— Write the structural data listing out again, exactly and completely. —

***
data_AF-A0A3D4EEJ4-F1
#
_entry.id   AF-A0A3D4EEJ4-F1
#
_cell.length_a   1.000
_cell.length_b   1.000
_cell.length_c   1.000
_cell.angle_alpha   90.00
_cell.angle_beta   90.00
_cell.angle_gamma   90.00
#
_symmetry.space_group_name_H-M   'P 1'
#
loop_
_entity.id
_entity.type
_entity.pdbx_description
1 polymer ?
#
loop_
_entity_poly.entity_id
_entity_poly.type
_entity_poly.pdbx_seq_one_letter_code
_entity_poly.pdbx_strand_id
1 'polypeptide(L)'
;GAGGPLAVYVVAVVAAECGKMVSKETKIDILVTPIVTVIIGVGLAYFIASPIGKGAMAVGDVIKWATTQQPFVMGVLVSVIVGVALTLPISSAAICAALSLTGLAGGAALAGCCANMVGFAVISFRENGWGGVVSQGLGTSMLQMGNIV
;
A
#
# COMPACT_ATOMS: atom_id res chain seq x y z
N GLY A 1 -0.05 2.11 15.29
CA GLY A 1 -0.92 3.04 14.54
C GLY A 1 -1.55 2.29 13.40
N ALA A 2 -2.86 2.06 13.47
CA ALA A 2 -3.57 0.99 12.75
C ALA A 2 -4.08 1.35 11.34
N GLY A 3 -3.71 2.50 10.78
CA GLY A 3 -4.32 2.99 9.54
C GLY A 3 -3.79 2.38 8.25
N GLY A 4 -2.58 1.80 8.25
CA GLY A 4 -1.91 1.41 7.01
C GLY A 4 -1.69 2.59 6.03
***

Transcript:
data_AF-A0A3D4EEJ4-F1
#
_entry.id   AF-A0A3D4EEJ4-F1
#
_cell.length_a   1.000
_cell.length_b   1.000
_cell.length_c   1.000
_cell.angle_alpha   90.00
_cell.angle_beta   90.00
_cell.angle_gamma   90.00
#
_symmetry.space_group_name_H-M   'P 1'
#
loop_
_entity.id
_entity.type
_entity.pdbx_description
1 polymer ?
#
loop_
_entity_poly.entity_id
_entity_poly.type
_entity_poly.pdbx_seq_one_letter_code
_entity_poly.pdbx_strand_id
1 'polypeptide(L)'
;GAGGPLAVYVVAVVAAECGKMVSKETKIDILVTPIVTVIIGVGLAYFIASPIGKGAMAVGDVIKWATTQQPFVMGVLVSVIVGVALTLPISSAAICAALSLTGLAGGAALAGCCANMVGFAVISFRENGWGGVVSQGLGTSMLQMGNIV
;
A
#
# COMPACT_ATOMS: atom_id res chain seq x y z
N GLY A 1 -0.05 2.11 15.29
CA GLY A 1 -0.92 3.04 14.54
C GLY A 1 -1.55 2.29 13.40
N ALA A 2 -2.86 2.06 13.47
CA ALA A 2 -3.57 0.99 12.75
C ALA A 2 -4.08 1.35 11.34
N GLY A 3 -3.71 2.50 10.78
CA GLY A 3 -4.32 2.99 9.54
C GLY A 3 -3.79 2.38 8.25
N GLY A 4 -2.58 1.80 8.25
CA GLY A 4 -1.91 1.41 7.01
C GLY A 4 -1.69 2.59 6.03